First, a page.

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ERIKA SINCLAIR

Graduating Class: 1985
Current Position: to improve the health of women and their families in Africa, Asia and Latin America for a non-profit organization
Education / School 1: FAIS San Francisco, La Sorbonne (Paris)
Writing about yourself sometimes feels a little like writing your own letter of recommendation. It’s not that easy. But doing it in the context of Ecole Bilingue is like writing your own adventure story. My story started in kindergarten at EB, and got more exciting with every corner turned.

Growing up, my parents were of the mind that “exposure” was an essential ingredient to a good education. Enrolling my brother and me in this once small school that had immeasurable vision about the value of scholarship and culture was their first attempt. Very early in life, we were exposed to alternative learning, international consciousness, and a second language to boot (not a word of which either of them spoke, incidentally). Their second attempt was to move our family to Kenya when I was seven (after a couple of years at EB). I knew what and where Africa was, but had no idea why we were going there. I was told, “You’re going to see how people live in another part of the world!” That was good enough for me. Of all the schools we considered, L’Ecole Française de Nairobi felt like the best fit. It was just like EB, minus the English, and with kids from Morocco, Vietnam, Senegal, France... all over. And that setting felt normal to me. Somehow I managed to succeed in an all-French environment, which had a lot to do with the foundation planted at EB. Fourteen months, a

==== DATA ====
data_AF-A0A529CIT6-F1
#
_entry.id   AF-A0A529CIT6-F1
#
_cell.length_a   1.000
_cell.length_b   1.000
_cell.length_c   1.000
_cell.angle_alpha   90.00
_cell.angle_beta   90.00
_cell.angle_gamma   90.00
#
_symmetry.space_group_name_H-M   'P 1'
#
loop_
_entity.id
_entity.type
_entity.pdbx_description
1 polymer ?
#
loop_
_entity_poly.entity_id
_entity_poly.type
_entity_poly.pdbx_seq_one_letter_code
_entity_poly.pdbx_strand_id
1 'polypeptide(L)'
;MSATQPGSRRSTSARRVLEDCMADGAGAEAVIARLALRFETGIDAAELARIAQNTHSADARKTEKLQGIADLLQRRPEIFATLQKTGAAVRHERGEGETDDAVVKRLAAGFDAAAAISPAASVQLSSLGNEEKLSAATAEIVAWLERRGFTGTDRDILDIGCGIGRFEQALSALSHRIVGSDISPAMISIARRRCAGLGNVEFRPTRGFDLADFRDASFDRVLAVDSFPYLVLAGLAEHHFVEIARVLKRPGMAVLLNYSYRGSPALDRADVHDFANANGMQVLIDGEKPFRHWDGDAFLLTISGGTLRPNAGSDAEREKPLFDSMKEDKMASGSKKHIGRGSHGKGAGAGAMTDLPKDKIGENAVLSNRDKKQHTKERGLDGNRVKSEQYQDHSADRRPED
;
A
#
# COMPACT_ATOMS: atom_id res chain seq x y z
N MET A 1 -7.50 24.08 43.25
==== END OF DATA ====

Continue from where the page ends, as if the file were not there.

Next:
new world view, and a third language (Swahili) later, we crossed the Atlantic back to Berkeley, and back to EB. Exposure was a success.

At the time EB did not have middle school, and post-fifth grade evolution took me to FAIS in San Francisco. Traveling across the Bay Bridge every day gave me the travel bug. So in the seventh grade, I managed to get myself selected as one of two U.S. representatives at an international youth film festival in Paris to judge films from around the globe. We were 28 from fourteen
countries worldwide. They rolled out the red carpet, chauffeured us around in snazzy Citroëns and aired us on a national French
TV talk show—we felt like teen stars. Needless to say, our sponsors repeatedly mistook me for the participant from Côte d’Ivoire.

Something about the way I spoke French “sans accent” combined with the right amount of melanin. Fast forward to college. I spent just over a year studying philosophy and French literature at the Sorbonne. While there, I also made my [very] amateur Paris debut as Cyrano de Bergerac’s Roxanne, for the Institute of European Studies’ annual theater production.
Speaking and living in French is one thing, but acting in French is another bag of potatoes.

Post-college left me with many options for next steps. I moved to Benin to work in primary school education and development,
and the transition to living life in a small African village was largely softened by my ability to communicate with people in a way that was comfortable to both them and myself. I learned to love cold bucket baths, to do laundry by hand, and to appreciate the wholesome goodness of living simply... but more than anything, being there solidified my understanding that the ability to speak another language is so much more than mere communication; it’s about cultural sensitivity, it’s about global awareness; it’s about being entirely human.

Today I live in Manhattan working for a non-profit organization that helps to improve the health of women and their families in
Africa, Asia and Latin America. I have seen so many new places and learned about health crises in the world that most of us cannot even imagine. I have also been dabbling in voice and piano, which helps to keep me grounded in the chaos of the city. It’s certainly been a journey, and there have been lots of twists and turns. But it all started at EB, where I received the tools I needed to move through this life with confidence and a fearless spirit.
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